Your Questions revealed
Shamanism itself has many varieties and branches, Therefore a definition of shamanism is not easily constructed. The specific manifestations of shamanic techniques are always in relation to the natural environmental and cultural values surrounding the community in which the shamanism is practiced. There is not one kind of shamanism even though it is a global phenomenon. Its practices have manifested in infinite ways and have survived in many cultures like Russia and South America. Christine’s direct experience is from a type of shamanism that descended from the Qero people, mountain shamanic practitioners who base their work on prayer, ritual and communication with pachama (Mother Earth) and the mountain spirits of the Andes of Peru.
Shamanism is one of humankind’s most ancient traditions, spanning tens of thousands of years. The pursuit lies in the heart of shamanism.This is indicated by indigenous terms for shamans from cultures all over the globe. The term shaman itself comes from the Evenki language of Siberia and means ‘the one who knows’ (Scott, 2002). Christine’s contemporary definition of a shaman derived from her studies with Peruvian shamanic teacher Jose Luis Herrara and her self-exploration on the topic claims that a shaman is a person of power and a technician of the soul. Herrara (personal communication, October 9, 2009) explains a shaman to his students as “a person who sources from direct experience, you and the Mystery, there is no theology as a validation mechanism, as a mechanism of truth.”
Don Manuel Quiespe’s definition:
Shamans are medicine people who are stewards of the process of the land, the active curators of guiding mythologies of the land. The practices of shamanism are active when an individual inspires the village, moves energy in the village, to breathe life again so the land and community are fertile, Destiny drives the shaman.
An important aspect to consider when defining shamanism is that it is only a method, not a religion with a fixed set of dogmas (Harner, 1990). Also, a shaman can take on the role and titles of a vast array of things such as artist, prophet, healer, poet, ceremonialist, sacred politician, singer, dancer, dramatist, psycho pomp, mystic and medicine person. The shaman is said to have supernatural powers that are used to serve the greater collective or community. The shaman engages in the active pursuit of knowledge to see clearly in both this world and the spirit realm. This knowing of the spirit realm engages at symbolic, literal, mythic and essential levels of understanding. This seeing of what is undisclosed to the untrained eye embraces the Evenki term ‘shaman’ which translates as ‘the one who knows’ (Scott, 2002)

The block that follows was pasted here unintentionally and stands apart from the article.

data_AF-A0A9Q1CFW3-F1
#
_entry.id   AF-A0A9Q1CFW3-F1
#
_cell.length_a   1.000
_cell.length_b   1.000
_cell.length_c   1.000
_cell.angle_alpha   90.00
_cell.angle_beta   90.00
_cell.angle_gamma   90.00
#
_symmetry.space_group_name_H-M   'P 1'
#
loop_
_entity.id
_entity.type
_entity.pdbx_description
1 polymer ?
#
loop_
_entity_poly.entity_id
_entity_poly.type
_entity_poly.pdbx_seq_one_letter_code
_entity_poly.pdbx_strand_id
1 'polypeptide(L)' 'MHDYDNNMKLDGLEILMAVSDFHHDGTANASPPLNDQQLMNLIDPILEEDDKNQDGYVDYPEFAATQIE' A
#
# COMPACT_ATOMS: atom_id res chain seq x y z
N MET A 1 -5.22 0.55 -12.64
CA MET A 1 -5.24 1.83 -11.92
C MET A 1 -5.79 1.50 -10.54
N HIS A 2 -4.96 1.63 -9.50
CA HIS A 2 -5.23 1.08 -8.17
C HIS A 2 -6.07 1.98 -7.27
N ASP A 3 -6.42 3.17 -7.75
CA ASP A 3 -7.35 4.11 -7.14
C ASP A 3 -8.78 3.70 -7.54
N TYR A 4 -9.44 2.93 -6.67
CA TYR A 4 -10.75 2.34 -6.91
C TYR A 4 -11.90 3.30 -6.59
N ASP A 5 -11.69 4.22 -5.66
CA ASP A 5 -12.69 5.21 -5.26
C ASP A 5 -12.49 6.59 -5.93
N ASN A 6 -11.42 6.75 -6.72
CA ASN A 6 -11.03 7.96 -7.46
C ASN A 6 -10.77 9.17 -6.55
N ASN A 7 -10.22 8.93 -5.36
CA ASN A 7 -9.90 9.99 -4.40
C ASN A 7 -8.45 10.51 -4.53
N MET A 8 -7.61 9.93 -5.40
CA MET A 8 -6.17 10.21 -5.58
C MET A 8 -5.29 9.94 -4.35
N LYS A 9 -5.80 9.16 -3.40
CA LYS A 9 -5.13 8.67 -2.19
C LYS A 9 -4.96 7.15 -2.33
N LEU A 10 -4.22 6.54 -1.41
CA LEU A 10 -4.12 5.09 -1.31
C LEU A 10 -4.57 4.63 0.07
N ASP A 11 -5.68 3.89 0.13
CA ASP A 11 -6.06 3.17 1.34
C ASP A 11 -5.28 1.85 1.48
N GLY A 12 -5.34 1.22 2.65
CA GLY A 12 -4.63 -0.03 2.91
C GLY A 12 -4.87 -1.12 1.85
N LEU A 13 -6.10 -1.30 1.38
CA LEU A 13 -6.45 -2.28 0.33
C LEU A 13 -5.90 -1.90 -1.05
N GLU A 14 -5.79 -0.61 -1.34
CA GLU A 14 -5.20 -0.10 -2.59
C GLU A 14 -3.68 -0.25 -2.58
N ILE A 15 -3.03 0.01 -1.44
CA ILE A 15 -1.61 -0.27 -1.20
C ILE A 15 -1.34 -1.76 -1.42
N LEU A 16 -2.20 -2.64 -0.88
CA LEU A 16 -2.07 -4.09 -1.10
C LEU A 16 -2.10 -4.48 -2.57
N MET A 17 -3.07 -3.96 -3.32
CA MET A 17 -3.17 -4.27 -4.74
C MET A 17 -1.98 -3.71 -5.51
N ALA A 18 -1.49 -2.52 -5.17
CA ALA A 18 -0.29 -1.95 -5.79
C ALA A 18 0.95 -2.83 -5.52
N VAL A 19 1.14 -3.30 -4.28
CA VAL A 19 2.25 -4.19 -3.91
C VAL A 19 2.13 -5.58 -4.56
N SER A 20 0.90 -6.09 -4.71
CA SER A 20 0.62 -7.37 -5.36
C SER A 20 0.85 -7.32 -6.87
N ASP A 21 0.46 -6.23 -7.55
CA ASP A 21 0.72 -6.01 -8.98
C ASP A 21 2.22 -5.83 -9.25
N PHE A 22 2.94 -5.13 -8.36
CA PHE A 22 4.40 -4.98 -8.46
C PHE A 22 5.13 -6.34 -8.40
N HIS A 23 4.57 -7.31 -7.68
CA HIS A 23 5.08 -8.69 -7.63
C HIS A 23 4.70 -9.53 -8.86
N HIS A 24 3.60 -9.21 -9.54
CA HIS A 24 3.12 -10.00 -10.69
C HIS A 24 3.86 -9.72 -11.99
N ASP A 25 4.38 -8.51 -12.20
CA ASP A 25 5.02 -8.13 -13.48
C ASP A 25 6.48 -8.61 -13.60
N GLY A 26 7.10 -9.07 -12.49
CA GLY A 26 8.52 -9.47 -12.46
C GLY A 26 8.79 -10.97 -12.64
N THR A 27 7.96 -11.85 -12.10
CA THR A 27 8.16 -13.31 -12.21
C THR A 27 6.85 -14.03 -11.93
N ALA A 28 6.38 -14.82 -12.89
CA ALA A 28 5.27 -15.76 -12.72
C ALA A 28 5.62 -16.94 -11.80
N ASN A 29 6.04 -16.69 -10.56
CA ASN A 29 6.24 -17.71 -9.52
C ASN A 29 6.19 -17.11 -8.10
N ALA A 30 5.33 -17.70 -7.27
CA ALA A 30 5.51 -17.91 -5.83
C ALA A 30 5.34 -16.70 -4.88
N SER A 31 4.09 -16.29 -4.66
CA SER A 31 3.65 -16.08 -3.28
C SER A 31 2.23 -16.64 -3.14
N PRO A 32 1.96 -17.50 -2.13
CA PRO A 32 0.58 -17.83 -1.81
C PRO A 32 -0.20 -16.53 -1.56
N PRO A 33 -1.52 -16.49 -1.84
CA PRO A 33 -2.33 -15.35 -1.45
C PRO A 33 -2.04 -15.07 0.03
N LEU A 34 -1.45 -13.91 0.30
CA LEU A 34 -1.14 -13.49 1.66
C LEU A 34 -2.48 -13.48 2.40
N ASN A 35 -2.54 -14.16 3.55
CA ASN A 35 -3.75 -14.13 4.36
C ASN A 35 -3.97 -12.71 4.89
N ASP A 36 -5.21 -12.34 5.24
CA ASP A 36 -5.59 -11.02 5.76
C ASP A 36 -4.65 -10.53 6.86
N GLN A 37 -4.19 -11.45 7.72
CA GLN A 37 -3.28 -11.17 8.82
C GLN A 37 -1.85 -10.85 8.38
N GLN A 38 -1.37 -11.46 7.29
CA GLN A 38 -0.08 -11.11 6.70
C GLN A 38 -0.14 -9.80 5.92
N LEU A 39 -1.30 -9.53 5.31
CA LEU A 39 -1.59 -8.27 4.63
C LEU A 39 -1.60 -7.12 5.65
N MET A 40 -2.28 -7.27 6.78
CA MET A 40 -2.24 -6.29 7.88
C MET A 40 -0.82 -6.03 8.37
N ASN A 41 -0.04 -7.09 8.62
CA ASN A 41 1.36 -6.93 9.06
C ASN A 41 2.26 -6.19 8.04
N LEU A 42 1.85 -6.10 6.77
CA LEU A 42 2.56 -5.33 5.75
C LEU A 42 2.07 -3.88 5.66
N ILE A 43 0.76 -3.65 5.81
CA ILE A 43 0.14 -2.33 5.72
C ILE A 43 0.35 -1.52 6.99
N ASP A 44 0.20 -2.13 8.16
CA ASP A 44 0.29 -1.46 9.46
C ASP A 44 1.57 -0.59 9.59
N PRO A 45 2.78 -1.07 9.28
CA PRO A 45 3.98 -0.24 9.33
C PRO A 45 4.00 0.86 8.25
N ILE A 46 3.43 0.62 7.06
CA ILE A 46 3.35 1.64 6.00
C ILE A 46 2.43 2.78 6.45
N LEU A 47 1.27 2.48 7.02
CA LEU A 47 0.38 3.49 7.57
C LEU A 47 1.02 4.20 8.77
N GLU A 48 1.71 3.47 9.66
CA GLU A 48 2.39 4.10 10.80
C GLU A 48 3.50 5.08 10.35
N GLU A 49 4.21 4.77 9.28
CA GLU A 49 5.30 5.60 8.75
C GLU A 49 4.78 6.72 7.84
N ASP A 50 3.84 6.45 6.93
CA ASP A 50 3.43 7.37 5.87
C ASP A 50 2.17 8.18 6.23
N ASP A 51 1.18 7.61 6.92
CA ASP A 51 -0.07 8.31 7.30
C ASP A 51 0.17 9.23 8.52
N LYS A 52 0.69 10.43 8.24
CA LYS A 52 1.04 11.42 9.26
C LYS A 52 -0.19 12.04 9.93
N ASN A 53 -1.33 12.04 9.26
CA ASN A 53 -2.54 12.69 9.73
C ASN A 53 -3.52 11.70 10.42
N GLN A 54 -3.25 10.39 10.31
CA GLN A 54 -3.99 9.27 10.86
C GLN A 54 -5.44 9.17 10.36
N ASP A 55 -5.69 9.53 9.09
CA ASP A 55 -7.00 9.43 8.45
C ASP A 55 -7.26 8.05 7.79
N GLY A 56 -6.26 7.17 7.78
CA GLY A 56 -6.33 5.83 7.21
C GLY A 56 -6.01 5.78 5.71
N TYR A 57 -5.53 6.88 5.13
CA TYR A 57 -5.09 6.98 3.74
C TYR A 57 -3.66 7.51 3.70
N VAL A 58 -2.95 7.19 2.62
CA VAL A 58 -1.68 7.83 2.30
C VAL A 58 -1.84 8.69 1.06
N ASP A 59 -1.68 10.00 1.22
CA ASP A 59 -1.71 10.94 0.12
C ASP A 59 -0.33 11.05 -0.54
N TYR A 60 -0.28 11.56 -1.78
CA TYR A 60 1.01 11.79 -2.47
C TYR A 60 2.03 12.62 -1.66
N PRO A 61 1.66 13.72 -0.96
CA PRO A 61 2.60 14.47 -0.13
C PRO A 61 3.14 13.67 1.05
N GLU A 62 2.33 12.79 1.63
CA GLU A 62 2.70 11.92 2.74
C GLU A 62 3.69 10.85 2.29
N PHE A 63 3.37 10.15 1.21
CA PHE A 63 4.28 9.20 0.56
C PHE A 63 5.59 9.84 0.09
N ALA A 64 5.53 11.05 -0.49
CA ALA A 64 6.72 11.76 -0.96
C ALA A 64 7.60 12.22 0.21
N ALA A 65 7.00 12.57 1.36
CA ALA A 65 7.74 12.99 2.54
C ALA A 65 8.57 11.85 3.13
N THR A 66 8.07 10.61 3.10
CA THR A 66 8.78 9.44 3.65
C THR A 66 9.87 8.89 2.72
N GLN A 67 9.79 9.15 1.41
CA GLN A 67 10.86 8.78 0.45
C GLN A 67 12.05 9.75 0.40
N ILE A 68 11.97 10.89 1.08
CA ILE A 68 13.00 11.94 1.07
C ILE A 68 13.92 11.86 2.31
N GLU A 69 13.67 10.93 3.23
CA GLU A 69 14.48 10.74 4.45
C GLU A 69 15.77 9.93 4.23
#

The Medicine Wheel teaches the ancient ways of the Q’ero Medicine People of Peru, South America. The Medicine Wheel is a process that Shamans have passed on orally since the beginning of time. Informing and enriching, the Medicine Wheel guides participants on their personal healing journeys, re-connects them with nature. Experience a ceremonial fire, journey to meet power animals, learn Incan healing techniques and shamanic breathing. Receive ancient Rites of Passage. Develop a Mesa, the Shaman’s Altar, a personal power bundle and a medicine bag of healing stones. Work extensively with nature, and invite a dialogue with her. Classes are located in the stunning Squamish valley in British Columbia with a view of the Stawamus Chief and rivers. Surrounded by eagles in the fall and winter. Participants will gather for three-day periods, four times throughout a one-year cycle to complete the four directions of the Medicine Wheel.
Join in a Medicine Wheel in Squamish or Victoria here
The Medicine Wheel is a healing journey for the soul. It awakens people to the spirit realm that assist us on letting go of the past and turning a page to live life joyously. We all have the potential to heal ourselves as well as others. We must first heal ourselves to help humanity in our global community.
Shamanism fulfils a spiritual longing. This is the process Walsh (2007) describes as ‘detribalization’ by which an individual dis-identifies from certain cultural assumptions.
Christine’s definition found in her thesis on
Angakut: Seeing with closed eyes
Expressive Arts Shamanism
“Through the shamanic experience I am able to look at these cultural assumptions rather than look through them and can then work on them to transform them and the culture. This is an important goal of a spiritual practice that shamanism offers, to foster this kind of liberation from cultural illusions. We cannot assume that spiritual practices alone could reveal and liberate all cultural conditioning. Shamanic experiences may reshape and enrich this cosmology. By this I mean the sources for innovations that become available when a need arises. Innovative, provocative, inspiring thoughts do arise with one or two spiritually advanced individuals. These individuals shift attention and overcome stereotypes, bring problems to the surface to be dealt with, and they translate ineffable messages of the sacred into secular language. Such individuals are considered to be ‘shamans’ all over the world (Hienze, 1991).
Through 3 day workshops that meet 4 times a year expect to learn to:
Engage spirit through fire ceremonies
Receive and give healing transmissions
Learn Shamanism through oral traditions
Connect with your group in talking circles
Construct sand paintings, soul dolls and art modalities
Gather together and build a tribe
Journalling & meditation
Nature walks to reconnect with Mother Earth
Shamanic yoga and pranayama (breathing techniques)
Build a Mesa (medicine bundle)
Individual journeys and self work
Connect with ancestors & power animals
Connect with the cosmos
Learn traditional ways that has been around for tens of thousands of years
And much more